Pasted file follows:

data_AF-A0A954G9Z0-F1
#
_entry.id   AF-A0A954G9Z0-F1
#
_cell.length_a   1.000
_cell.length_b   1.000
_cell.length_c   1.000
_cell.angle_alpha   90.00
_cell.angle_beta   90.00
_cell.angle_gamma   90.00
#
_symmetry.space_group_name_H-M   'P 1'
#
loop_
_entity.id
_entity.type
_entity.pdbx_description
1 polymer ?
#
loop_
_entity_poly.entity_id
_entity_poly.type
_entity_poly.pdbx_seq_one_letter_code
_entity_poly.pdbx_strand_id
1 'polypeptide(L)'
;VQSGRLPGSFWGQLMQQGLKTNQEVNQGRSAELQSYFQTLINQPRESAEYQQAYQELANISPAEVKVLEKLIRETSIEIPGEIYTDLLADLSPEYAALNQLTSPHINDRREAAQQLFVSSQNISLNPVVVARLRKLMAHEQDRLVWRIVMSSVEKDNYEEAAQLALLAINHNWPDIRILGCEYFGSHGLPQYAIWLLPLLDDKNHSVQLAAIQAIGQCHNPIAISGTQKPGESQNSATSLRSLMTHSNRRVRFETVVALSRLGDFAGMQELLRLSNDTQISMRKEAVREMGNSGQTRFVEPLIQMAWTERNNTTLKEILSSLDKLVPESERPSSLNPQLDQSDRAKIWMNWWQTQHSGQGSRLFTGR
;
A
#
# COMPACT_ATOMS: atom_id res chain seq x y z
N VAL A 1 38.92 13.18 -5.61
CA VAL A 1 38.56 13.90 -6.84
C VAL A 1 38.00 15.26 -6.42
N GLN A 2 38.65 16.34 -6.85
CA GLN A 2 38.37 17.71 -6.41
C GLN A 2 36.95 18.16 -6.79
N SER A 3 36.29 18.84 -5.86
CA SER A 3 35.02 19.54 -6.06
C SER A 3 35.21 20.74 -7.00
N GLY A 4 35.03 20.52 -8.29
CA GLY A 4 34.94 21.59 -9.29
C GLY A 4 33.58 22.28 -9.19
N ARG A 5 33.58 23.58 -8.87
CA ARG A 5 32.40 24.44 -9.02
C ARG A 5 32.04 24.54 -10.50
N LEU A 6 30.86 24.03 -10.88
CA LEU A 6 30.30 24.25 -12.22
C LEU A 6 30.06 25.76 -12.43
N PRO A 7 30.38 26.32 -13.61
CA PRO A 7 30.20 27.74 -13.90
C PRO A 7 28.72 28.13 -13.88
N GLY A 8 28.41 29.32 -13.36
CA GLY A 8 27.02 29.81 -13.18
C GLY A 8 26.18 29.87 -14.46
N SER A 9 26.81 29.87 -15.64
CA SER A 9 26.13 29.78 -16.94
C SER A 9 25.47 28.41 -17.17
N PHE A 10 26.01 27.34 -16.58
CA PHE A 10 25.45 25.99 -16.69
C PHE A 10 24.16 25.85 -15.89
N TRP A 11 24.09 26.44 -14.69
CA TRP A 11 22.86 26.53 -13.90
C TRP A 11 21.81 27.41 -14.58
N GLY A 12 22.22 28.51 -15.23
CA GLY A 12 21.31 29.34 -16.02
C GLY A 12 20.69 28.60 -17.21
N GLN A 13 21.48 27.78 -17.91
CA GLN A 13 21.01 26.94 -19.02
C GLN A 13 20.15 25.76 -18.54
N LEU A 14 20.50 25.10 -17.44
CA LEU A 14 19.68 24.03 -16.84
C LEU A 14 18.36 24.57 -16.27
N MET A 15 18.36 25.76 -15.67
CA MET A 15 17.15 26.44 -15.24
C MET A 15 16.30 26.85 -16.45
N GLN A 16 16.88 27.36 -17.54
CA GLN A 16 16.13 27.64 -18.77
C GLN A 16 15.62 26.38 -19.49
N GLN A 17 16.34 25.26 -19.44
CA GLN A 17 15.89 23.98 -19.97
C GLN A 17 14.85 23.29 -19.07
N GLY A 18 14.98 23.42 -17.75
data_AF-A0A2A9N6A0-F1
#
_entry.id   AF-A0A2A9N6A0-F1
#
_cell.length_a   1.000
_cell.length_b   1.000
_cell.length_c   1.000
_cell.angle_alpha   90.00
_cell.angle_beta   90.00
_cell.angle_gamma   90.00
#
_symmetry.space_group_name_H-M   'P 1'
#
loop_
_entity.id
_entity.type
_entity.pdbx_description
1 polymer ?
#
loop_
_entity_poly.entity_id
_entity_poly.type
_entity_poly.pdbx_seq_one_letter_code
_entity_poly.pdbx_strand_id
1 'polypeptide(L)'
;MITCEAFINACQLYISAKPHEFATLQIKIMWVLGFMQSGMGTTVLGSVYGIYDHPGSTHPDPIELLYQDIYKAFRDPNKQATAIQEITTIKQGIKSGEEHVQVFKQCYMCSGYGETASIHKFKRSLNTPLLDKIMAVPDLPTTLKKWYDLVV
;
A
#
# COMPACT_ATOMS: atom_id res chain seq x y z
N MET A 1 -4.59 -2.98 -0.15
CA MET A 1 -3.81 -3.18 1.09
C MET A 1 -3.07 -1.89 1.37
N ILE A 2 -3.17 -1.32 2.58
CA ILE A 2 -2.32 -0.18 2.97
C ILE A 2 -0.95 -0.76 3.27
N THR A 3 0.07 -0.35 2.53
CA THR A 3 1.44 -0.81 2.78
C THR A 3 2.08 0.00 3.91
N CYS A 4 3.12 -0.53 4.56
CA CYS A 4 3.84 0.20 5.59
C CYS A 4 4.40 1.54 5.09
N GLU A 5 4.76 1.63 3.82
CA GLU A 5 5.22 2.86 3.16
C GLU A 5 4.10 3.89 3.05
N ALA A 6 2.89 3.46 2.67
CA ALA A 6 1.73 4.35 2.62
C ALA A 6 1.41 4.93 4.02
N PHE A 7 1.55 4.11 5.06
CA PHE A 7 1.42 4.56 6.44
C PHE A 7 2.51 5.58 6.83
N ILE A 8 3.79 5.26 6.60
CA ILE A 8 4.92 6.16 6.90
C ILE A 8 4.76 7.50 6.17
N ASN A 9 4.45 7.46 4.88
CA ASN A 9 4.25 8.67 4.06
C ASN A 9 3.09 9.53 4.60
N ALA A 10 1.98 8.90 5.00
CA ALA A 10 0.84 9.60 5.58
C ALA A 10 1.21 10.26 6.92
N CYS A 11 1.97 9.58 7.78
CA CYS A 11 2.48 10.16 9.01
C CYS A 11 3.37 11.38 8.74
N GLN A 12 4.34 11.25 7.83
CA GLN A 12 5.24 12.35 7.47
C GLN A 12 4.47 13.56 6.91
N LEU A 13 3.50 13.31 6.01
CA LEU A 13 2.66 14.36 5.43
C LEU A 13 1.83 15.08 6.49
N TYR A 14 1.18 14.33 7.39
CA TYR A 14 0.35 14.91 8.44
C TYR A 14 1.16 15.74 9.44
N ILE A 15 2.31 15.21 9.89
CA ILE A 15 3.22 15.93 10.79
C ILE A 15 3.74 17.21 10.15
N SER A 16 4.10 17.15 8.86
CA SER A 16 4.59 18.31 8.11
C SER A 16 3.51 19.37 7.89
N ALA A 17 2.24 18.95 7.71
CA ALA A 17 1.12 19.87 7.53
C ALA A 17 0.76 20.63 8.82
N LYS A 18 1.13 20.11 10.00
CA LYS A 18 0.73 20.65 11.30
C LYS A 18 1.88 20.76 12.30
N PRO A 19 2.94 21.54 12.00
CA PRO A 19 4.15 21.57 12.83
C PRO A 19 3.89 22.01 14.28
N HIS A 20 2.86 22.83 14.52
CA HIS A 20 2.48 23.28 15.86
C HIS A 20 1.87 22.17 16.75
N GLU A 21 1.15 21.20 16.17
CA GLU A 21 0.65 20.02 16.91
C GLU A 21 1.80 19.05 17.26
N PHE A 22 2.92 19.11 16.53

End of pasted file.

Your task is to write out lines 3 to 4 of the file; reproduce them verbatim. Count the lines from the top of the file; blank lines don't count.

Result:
_entry.id   AF-A0A954G9Z0-F1
#